Amazon Movie Maker

How Amazon Wants to Be the Next Big Movie Maker Inc. has always been innovative and forward-thinking. They started out as an online book store at the beginning of the dot-com craze, before expanding into music and then everything else you could ever think of, including socks for your dad’s birthday.

Then came the Kindle which has acted as a self-publishing solution for many struggling writers. And now they don’t just sell movies – they make them too.

The e-commerce monolith revealed plans earlier this week to actually make their own movies, with production about to begin sometime soon. The aim is to release 12 movies a year which are to get screened at cinemas worldwide.

Amazon Original Movies, as it will be known, follows the success of Amazon’s foray into television, with its original comedy series, Transparent, scooping a Golden Globe last week for best comedy series, whilst Woody Allen confirmed in the same week that he would be writing and directing a brand new comedy series for the American company later this year.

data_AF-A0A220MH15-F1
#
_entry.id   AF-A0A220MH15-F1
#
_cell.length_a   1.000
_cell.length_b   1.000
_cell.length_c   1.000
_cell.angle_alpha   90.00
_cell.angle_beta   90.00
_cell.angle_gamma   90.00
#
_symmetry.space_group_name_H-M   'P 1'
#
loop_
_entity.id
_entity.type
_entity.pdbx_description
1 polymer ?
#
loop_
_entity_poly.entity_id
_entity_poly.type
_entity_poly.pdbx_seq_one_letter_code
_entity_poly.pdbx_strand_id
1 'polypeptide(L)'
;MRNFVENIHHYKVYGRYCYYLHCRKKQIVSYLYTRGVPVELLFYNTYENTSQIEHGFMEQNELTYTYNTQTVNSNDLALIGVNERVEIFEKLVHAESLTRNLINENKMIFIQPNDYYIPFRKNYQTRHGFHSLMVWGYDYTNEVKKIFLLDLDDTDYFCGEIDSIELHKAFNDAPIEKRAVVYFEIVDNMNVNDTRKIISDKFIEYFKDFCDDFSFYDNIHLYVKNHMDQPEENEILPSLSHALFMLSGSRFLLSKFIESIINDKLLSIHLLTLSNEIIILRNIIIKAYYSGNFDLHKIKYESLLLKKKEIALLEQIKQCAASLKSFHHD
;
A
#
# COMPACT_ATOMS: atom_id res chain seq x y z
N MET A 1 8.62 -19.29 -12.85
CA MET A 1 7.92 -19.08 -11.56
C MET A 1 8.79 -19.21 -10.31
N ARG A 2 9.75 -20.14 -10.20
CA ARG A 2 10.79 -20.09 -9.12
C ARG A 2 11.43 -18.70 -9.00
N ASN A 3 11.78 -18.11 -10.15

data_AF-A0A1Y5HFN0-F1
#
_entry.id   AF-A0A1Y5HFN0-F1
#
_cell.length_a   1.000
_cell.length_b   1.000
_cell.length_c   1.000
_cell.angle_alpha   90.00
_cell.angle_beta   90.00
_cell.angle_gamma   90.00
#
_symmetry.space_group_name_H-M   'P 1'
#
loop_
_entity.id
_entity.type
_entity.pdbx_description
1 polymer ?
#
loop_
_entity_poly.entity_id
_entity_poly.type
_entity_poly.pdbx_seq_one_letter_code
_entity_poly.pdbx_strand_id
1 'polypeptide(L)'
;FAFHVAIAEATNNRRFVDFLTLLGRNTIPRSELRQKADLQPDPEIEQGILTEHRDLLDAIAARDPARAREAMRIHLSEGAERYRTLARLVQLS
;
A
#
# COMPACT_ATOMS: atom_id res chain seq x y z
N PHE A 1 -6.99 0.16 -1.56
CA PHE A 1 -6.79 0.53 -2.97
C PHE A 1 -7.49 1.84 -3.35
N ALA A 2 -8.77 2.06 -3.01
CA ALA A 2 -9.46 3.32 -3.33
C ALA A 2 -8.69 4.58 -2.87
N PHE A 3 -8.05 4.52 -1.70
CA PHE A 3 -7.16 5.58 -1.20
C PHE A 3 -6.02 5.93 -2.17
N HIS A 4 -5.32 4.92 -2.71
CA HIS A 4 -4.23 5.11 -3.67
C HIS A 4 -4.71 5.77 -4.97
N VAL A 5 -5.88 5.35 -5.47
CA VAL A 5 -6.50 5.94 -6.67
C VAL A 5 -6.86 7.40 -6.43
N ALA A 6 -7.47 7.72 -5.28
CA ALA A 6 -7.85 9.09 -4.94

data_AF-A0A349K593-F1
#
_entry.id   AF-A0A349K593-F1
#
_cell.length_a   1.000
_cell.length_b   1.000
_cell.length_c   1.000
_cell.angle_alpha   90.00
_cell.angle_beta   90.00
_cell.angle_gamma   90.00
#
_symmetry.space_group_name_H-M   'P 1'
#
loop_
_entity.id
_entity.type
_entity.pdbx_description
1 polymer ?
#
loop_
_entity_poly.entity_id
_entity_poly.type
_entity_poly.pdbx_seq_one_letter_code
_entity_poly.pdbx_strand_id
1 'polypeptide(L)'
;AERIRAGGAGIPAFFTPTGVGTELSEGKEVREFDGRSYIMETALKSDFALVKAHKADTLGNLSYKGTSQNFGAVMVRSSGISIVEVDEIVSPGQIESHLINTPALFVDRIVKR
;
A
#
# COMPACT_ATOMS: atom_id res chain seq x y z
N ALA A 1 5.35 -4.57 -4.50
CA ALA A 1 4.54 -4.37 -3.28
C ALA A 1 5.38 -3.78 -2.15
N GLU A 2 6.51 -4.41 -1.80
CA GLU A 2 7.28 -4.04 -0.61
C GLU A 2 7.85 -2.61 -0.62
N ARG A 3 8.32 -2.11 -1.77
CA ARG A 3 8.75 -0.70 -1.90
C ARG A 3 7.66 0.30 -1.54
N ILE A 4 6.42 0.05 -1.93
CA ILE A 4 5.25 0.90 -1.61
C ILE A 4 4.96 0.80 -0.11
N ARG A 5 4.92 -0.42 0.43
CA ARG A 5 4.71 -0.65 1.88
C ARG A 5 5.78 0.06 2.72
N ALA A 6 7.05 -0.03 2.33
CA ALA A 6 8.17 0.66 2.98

Fresh Talent

The aim of Amazon Original Movies is to give a platform to new, untapped film-making talent that are otherwise ignored by the more mainstream-orientated Hollywood. Indie film producer, Ted Hope, will lead creativity at Amazon Original Movies, a man perhaps best known for his work producing Crouching Tiger, Hidden Dragon.

Independent movies certainly have their audience, with the likes of Garden State, Half Nelson and Napoleon Dynamite being American successes in recent years.

There is hope that Amazon can make a dent with a bigger clutch of American independent movies to breathe fresh life into a genre that has appreciation for its imagination and for being an alternative to Hollywood, but which has suffered in recent years from lack of investment.


But the real innovation here is the fact that, unlike normal movies that can take up to a year to switch from the big screen to DVD and subscription services, Amazon’s films will hit their instant video service, Prime, just 4-8 weeks after their theatrical release.

This represents a significant shake-up to the way movies get distributed.

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